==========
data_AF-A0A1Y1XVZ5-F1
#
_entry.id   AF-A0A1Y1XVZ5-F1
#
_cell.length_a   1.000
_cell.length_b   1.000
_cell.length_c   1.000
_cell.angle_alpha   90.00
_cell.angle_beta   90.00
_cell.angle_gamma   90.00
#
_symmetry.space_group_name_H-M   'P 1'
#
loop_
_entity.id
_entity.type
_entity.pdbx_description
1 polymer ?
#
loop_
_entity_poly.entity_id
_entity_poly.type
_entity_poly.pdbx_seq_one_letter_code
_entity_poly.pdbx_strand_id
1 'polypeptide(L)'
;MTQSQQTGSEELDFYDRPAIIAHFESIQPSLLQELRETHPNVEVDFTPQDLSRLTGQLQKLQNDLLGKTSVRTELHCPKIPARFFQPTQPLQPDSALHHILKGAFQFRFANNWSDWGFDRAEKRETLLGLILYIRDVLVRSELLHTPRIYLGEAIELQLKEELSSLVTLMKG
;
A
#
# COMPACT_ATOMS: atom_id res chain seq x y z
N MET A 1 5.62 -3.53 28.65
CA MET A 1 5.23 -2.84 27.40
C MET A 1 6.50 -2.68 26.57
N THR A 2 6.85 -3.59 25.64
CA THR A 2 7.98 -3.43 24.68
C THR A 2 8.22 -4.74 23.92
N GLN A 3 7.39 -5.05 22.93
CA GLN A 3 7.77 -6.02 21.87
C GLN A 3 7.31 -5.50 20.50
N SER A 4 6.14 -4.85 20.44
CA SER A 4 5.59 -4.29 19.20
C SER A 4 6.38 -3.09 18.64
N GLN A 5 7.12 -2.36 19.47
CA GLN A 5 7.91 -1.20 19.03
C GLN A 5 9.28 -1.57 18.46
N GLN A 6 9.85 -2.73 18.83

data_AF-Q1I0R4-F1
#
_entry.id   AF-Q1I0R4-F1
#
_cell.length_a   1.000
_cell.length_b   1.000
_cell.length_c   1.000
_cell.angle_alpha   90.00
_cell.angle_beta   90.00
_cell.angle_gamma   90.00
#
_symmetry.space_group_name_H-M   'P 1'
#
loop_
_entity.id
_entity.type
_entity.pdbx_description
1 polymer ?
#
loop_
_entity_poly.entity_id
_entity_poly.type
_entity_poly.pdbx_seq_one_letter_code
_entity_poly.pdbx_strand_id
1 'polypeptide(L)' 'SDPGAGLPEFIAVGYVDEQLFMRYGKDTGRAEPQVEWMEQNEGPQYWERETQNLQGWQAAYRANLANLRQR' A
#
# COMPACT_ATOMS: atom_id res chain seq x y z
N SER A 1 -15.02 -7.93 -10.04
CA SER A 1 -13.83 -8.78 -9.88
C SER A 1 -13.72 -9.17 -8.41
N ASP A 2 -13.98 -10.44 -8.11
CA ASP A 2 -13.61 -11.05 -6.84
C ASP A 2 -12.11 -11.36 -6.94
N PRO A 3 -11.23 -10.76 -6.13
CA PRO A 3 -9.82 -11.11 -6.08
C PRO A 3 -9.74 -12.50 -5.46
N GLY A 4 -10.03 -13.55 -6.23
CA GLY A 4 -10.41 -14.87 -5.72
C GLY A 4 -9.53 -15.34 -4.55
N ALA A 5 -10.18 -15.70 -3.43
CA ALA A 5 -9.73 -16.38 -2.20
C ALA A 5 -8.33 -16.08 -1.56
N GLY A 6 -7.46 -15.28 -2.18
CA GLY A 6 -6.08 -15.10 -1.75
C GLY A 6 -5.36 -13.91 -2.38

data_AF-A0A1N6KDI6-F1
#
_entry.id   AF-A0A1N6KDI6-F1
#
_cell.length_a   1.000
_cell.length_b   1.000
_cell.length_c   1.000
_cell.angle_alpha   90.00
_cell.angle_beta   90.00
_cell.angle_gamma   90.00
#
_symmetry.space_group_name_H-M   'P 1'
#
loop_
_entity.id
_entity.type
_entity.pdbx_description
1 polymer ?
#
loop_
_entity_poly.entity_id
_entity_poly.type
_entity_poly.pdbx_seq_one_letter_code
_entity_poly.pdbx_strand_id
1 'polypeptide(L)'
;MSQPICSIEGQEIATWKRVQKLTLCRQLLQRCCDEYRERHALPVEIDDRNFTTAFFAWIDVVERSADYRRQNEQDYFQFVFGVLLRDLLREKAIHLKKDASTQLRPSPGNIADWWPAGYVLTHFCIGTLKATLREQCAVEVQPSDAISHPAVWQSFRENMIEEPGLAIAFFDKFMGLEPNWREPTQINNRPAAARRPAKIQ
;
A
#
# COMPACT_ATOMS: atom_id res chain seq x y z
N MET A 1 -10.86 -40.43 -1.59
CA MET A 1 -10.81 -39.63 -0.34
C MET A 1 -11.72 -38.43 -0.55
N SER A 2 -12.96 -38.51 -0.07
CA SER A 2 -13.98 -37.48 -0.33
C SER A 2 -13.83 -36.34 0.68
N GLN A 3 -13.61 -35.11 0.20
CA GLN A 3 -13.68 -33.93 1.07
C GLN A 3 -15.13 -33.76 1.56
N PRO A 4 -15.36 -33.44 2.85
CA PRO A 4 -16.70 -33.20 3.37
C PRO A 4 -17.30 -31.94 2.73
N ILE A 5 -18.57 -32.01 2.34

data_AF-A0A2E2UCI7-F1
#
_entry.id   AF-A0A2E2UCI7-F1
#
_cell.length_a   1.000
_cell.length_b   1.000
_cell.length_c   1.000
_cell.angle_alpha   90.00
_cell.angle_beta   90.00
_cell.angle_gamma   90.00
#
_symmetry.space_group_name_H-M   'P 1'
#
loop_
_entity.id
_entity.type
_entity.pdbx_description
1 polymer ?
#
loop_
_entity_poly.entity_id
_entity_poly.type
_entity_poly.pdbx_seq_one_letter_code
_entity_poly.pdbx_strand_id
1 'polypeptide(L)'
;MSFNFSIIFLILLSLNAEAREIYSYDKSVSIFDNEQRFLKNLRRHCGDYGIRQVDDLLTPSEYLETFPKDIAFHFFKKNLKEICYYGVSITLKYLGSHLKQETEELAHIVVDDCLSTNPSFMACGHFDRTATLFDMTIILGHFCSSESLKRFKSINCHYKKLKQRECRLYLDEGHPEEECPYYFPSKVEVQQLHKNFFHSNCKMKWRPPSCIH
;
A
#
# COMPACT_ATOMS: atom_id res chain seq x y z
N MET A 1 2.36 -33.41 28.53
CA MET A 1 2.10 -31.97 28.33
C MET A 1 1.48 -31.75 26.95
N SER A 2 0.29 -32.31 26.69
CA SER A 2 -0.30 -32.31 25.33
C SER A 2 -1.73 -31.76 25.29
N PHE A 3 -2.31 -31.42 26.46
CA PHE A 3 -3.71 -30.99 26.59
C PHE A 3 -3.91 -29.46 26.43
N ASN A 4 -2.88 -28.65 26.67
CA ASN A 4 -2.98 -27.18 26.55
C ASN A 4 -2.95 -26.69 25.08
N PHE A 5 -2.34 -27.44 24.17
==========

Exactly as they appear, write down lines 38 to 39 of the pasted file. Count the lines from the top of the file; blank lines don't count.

CA GLN A 3 7.77 -6.02 21.87
C GLN A 3 7.31 -5.50 20.50